Indigenous Australian Youth, identity, rap/hip hop: A tool for wellbeing and ethical care

    Research output: Chapter in Book/Report/Conference proceedingChapterpeer-review


    The Australian schooling landscape continues to be viewed by Indigenous members in the community as a site for assimilation, colonisation, and racialisation. As a minority group, young Indigenous Australians within the schooling system continue to fall below their non-Indigenous counterparts in educational attainment. The popular culture of rap and hip hop can be utilised as a beneficial tool for the wellbeing, ethical care, and mobilising of voice and performance for young Indigenous Australians and their experiences in education. Implementation of rap and hip hop within areas of curriculum can bring to the fore and make visible the invisible. Rap and hip hop open up the space to have conversations about issues concerning students, because they exist within the lived worldview of Indigenous Australian youths. The chapter suggests that interactions with rap and hip hop allow for the performance of identity, engagement, and being human as praxis.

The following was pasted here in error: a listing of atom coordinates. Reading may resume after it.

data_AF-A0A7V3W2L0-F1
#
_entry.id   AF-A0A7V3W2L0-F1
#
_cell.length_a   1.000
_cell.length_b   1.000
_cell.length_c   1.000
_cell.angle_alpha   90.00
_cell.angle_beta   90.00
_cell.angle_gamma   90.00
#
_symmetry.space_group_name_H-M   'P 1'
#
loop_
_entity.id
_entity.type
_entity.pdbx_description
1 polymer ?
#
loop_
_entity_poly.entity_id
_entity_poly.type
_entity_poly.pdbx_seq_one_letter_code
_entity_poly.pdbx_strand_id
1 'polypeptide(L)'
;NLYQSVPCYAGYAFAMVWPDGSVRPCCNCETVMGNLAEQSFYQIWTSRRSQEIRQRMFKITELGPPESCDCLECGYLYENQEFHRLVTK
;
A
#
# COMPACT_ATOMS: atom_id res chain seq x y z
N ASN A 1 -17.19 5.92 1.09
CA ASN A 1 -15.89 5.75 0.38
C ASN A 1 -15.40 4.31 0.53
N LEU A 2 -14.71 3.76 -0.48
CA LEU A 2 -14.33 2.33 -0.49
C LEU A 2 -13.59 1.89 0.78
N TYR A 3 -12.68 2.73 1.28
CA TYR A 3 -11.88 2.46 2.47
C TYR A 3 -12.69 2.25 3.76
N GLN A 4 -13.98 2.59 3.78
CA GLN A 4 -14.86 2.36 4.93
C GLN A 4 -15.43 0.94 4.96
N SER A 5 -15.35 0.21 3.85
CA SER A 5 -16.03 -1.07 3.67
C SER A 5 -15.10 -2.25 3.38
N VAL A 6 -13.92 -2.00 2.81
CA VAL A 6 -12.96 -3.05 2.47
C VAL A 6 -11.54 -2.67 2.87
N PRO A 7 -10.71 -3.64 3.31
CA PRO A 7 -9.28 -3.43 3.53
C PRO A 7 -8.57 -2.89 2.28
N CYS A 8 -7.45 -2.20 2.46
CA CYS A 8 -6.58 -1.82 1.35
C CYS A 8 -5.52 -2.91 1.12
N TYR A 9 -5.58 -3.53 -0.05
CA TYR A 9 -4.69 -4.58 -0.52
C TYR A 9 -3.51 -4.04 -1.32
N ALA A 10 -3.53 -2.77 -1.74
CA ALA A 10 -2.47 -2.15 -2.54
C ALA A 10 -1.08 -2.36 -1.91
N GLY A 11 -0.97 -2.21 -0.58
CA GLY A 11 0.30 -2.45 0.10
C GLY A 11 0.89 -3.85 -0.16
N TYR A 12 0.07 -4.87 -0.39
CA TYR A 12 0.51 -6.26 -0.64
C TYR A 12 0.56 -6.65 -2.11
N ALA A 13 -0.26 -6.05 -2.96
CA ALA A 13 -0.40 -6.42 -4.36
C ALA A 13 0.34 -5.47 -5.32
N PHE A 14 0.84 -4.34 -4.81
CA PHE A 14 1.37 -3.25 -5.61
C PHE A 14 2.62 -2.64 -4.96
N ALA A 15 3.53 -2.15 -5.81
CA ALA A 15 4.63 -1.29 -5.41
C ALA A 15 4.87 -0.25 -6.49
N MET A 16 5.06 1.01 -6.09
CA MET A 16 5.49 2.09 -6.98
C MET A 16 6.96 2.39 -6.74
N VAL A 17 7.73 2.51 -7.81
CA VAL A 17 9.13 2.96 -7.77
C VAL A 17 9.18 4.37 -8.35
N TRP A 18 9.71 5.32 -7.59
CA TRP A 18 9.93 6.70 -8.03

Original languageEnglish
    Title of host publicationChild and Adolescent, Wellbeing and Violence Prevention in Schools
    EditorsPhillip T. Slee, Grace Skrzypiec, Carmel Cefai
    PublisherRoutledge, Taylor & Francis
    Number of pages8
    ISBN (Electronic)978-1-315-10204-7
    ISBN (Print)978-1-138-10475-4, 978-1-138-10478-5
    Publication statusPublished - 2018


    • Indigenous youth
    • Rap
    • Hip Hop
    • Cultural Identity
    • Australia
    • Wellbeing


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